Hick’s Law (or the Hick-Hyman Law) is named after a British and an American psychologist team of William Edmund Hick and Ray Hyman. In 1952, this pair set out to examine the relationship between the number of stimuli present and an individual’s reaction time to any given stimulus. As you would expect, the more stimuli to choose from, the longer it takes the user to make a decision on which one to interact with. Users bombarded with choices have to take time to interpret and decide, giving them work they don’t want.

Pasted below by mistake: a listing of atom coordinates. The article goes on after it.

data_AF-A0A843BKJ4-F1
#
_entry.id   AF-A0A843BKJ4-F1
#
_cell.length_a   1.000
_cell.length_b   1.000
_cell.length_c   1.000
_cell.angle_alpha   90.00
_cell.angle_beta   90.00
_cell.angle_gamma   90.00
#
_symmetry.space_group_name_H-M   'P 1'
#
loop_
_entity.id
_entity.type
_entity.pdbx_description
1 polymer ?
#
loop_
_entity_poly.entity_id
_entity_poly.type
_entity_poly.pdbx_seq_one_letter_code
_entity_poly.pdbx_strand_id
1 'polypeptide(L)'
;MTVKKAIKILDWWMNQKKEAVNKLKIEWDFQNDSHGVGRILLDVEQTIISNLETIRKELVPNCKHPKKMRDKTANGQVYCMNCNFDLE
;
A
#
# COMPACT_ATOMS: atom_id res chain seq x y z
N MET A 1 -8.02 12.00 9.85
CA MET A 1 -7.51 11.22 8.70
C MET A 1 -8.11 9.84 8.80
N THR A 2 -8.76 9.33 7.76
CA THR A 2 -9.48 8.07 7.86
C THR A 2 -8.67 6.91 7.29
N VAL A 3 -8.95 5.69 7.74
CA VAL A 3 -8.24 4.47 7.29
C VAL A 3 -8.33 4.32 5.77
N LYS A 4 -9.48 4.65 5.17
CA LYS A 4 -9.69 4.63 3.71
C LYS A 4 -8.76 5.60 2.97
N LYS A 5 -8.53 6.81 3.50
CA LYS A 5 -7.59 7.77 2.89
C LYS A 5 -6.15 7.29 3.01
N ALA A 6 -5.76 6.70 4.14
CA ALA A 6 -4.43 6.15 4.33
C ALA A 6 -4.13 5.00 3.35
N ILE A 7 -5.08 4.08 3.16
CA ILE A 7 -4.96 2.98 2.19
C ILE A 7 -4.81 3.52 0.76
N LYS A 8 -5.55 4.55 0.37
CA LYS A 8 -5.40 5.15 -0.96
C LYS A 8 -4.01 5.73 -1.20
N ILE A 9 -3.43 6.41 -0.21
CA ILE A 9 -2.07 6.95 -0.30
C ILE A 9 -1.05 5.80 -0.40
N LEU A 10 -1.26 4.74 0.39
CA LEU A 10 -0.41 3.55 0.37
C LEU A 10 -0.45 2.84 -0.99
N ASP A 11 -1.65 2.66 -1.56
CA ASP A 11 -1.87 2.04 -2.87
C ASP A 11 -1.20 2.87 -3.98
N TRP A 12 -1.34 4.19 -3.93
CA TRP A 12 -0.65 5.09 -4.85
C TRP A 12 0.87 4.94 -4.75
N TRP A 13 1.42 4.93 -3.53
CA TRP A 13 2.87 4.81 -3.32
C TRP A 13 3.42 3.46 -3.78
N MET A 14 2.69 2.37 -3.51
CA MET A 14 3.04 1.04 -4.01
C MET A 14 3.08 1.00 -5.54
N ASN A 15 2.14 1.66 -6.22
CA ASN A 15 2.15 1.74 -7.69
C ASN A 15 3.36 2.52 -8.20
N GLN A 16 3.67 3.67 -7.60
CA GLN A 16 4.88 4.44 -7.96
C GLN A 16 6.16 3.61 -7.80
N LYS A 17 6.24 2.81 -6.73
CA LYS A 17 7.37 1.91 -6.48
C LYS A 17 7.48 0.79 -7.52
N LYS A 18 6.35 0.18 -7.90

The time it takes to make a decision increases with the number and complexity of choices.
RT = a + b log2 (n)
"RT" = Reaction Time
"(n)" = Number of Choices
"a" & "b" = arbitrary measurable constants that depend on the task that is to be carried out and the conditions under which it will be carried out.
- Reduce the number of choices to get a faster Decision.
- Minimize choices when response times are critical to increase decision time.
- Break complex tasks into smaller steps in order to decrease cognitive load.
- Avoid overwhelming users by highlighting recommended options.
- Use progressive onboarding to minimize cognitive load for new users.
- Keep a balance between reducing complexity and oversimplifying.
- Smaller steps makes people more Comfortable.
- Use the highlighting to help users to avoid overloading and to make a choice quicker.